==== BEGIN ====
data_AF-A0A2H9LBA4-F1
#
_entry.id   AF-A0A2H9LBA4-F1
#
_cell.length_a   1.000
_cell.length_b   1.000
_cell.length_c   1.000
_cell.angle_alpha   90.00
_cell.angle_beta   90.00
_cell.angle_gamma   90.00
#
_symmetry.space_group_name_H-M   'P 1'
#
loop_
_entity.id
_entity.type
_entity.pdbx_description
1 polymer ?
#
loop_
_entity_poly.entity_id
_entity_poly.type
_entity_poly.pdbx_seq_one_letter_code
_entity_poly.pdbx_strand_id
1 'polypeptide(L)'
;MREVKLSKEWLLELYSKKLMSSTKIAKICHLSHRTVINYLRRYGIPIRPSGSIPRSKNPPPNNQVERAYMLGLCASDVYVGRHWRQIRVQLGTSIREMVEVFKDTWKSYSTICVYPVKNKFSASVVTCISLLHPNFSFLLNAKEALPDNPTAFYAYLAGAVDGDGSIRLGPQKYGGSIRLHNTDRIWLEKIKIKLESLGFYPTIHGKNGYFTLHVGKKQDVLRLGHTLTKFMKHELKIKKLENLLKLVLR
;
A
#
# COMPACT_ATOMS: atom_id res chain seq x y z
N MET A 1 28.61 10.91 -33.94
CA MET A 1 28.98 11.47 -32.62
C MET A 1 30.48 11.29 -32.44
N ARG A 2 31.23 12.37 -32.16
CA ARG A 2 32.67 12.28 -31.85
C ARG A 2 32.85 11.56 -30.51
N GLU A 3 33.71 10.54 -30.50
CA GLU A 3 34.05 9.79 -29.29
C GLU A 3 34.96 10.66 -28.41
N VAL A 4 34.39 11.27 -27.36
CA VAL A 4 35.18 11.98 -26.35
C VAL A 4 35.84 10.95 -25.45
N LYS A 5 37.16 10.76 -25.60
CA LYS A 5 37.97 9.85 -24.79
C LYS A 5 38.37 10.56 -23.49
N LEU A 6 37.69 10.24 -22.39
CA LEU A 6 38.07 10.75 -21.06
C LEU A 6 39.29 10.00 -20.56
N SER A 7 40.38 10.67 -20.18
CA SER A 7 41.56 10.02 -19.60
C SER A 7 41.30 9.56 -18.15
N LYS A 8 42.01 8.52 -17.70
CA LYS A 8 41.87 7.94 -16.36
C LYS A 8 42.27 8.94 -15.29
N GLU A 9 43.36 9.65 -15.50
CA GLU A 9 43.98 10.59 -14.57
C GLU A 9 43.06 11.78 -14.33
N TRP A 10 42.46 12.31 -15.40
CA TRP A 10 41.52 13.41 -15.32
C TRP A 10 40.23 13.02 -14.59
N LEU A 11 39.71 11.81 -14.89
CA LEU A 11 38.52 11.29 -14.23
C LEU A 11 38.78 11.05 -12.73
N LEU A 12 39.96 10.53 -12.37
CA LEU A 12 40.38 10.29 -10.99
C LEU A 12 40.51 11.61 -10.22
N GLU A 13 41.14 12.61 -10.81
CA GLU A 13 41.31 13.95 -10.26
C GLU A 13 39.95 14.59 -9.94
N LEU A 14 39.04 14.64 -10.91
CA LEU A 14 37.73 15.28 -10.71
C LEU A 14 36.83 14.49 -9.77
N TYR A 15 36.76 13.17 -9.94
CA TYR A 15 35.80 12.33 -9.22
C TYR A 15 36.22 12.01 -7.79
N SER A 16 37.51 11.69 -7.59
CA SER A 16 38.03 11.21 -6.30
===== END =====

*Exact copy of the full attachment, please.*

data_AF-A0A2H9LBA4-F1
#
_entry.id   AF-A0A2H9LBA4-F1
#
_cell.length_a   1.000
_cell.length_b   1.000
_cell.length_c   1.000
_cell.angle_alpha   90.00
_cell.angle_beta   90.00
_cell.angle_gamma   90.00
#
_symmetry.space_group_name_H-M   'P 1'
#
loop_
_entity.id
_entity.type
_entity.pdbx_description
1 polymer ?
#
loop_
_entity_poly.entity_id
_entity_poly.type
_entity_poly.pdbx_seq_one_letter_code
_entity_poly.pdbx_strand_id
1 'polypeptide(L)'
;MREVKLSKEWLLELYSKKLMSSTKIAKICHLSHRTVINYLRRYGIPIRPSGSIPRSKNPPPNNQVERAYMLGLCASDVYVGRHWRQIRVQLGTSIREMVEVFKDTWKSYSTICVYPVKNKFSASVVTCISLLHPNFSFLLNAKEALPDNPTAFYAYLAGAVDGDGSIRLGPQKYGGSIRLHNTDRIWLEKIKIKLESLGFYPTIHGKNGYFTLHVGKKQDVLRLGHTLTKFMKHELKIKKLENLLKLVLR
;
A
#
# COMPACT_ATOMS: atom_id res chain seq x y z
N MET A 1 28.61 10.91 -33.94
CA MET A 1 28.98 11.47 -32.62
C MET A 1 30.48 11.29 -32.44
N ARG A 2 31.23 12.37 -32.16
CA ARG A 2 32.67 12.28 -31.85
C ARG A 2 32.85 11.56 -30.51
N GLU A 3 33.71 10.54 -30.50
CA GLU A 3 34.05 9.79 -29.29
C GLU A 3 34.96 10.66 -28.41
N VAL A 4 34.39 11.27 -27.36
CA VAL A 4 35.18 11.98 -26.35
C VAL A 4 35.84 10.95 -25.45
N LYS A 5 37.16 10.76 -25.60
CA LYS A 5 37.97 9.85 -24.79
C LYS A 5 38.37 10.56 -23.49
N LEU A 6 37.69 10.24 -22.39
CA LEU A 6 38.07 10.75 -21.06
C LEU A 6 39.29 10.00 -20.56
N SER A 7 40.38 10.67 -20.18
CA SER A 7 41.56 10.02 -19.60
C SER A 7 41.30 9.56 -18.15
N LYS A 8 42.01 8.52 -17.70
CA LYS A 8 41.87 7.94 -16.36
C LYS A 8 42.27 8.94 -15.29
N GLU A 9 43.36 9.65 -15.50
CA GLU A 9 43.98 10.59 -14.57
C GLU A 9 43.06 11.78 -14.33
N TRP A 10 42.46 12.31 -15.40
CA TRP A 10 41.52 13.41 -15.32
C TRP A 10 40.23 13.02 -14.59
N LEU A 11 39.71 11.81 -14.89
CA LEU A 11 38.52 11.29 -14.23
C LEU A 11 38.78 11.05 -12.73
N LEU A 12 39.96 10.53 -12.37
CA LEU A 12 40.38 10.29 -10.99
C LEU A 12 40.51 11.61 -10.22
N GLU A 13 41.14 12.61 -10.81
CA GLU A 13 41.31 13.95 -10.26
C GLU A 13 39.95 14.59 -9.94
N LEU A 14 39.04 14.64 -10.91
CA LEU A 14 37.73 15.28 -10.71
C LEU A 14 36.83 14.49 -9.77
N TYR A 15 36.76 13.17 -9.94
CA TYR A 15 35.80 12.33 -9.22
C TYR A 15 36.22 12.01 -7.79
N SER A 16 37.51 11.69 -7.59
CA SER A 16 38.03 11.21 -6.30